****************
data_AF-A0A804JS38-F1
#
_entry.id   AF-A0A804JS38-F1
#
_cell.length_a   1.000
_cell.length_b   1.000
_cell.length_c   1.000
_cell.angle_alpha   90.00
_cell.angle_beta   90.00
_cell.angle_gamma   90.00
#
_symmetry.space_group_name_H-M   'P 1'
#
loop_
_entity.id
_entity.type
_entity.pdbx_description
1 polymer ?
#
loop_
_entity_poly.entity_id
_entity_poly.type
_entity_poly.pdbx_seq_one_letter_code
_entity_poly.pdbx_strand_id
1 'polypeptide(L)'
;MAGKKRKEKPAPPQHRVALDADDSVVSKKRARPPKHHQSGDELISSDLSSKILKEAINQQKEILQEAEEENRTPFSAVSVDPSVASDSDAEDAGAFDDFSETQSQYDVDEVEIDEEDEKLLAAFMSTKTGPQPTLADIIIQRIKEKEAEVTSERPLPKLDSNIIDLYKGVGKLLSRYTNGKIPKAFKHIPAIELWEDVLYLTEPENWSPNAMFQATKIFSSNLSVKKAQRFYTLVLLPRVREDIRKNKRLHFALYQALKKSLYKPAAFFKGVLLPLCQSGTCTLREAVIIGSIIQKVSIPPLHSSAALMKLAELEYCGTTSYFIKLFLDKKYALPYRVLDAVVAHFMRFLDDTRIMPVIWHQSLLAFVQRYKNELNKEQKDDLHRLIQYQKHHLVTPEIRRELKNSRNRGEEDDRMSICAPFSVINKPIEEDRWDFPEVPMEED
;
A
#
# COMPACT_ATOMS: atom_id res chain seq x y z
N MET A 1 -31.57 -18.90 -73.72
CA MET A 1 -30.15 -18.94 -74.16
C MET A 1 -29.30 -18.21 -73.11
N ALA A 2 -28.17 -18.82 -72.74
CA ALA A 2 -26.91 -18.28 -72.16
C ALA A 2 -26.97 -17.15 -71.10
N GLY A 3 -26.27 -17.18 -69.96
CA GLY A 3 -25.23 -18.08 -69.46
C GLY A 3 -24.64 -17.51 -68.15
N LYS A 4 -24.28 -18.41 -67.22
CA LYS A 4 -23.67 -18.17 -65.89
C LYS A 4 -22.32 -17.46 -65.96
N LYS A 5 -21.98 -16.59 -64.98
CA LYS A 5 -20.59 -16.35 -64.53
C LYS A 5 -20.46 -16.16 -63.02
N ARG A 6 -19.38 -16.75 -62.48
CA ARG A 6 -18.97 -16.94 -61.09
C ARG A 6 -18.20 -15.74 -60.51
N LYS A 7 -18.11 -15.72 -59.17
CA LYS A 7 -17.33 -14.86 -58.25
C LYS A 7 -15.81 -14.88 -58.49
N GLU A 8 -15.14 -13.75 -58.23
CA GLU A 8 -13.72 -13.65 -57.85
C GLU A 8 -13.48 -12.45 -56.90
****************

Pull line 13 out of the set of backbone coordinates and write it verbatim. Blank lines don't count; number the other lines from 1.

#